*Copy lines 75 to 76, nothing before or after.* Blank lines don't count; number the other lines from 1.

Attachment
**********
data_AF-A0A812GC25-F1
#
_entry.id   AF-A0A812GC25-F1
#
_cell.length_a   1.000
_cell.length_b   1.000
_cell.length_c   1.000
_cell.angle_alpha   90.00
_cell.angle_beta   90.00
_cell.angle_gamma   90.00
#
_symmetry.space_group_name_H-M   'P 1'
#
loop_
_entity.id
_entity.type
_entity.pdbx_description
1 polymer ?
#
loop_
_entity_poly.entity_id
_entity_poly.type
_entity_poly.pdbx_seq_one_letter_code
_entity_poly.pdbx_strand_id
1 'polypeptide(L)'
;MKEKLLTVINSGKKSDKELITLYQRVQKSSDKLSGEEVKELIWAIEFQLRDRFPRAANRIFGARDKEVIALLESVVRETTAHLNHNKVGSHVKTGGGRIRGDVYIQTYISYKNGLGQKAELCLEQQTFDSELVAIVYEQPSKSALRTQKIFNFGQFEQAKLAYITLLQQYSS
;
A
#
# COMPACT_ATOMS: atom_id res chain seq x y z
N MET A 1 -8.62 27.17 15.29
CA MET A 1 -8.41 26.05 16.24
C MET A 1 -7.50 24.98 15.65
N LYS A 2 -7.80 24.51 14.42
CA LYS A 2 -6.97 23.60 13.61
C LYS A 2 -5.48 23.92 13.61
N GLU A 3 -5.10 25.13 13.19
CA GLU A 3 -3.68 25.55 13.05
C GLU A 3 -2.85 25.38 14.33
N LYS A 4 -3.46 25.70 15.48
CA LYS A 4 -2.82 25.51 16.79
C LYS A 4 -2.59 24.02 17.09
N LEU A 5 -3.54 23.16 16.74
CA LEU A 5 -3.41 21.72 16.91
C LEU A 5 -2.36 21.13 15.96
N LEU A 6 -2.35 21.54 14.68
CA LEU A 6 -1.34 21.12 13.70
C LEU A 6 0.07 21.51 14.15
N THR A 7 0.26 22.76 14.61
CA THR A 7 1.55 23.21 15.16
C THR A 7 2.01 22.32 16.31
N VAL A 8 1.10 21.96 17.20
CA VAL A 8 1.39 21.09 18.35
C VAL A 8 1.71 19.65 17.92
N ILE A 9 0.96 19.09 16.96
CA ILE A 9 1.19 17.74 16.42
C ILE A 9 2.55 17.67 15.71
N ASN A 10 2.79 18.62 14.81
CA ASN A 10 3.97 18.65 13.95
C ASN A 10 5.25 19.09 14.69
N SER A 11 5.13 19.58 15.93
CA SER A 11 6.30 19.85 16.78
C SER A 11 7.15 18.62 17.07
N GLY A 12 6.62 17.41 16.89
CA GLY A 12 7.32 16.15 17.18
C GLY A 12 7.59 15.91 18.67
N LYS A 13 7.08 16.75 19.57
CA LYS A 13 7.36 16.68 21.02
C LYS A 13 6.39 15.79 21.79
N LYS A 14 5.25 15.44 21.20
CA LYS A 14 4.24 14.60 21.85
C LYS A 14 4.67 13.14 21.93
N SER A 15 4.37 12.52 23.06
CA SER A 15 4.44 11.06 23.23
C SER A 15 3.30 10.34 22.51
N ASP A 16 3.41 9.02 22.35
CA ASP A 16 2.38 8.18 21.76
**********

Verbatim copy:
C SER A 15 3.30 10.34 22.51
N ASP A 16 3.41 9.02 22.35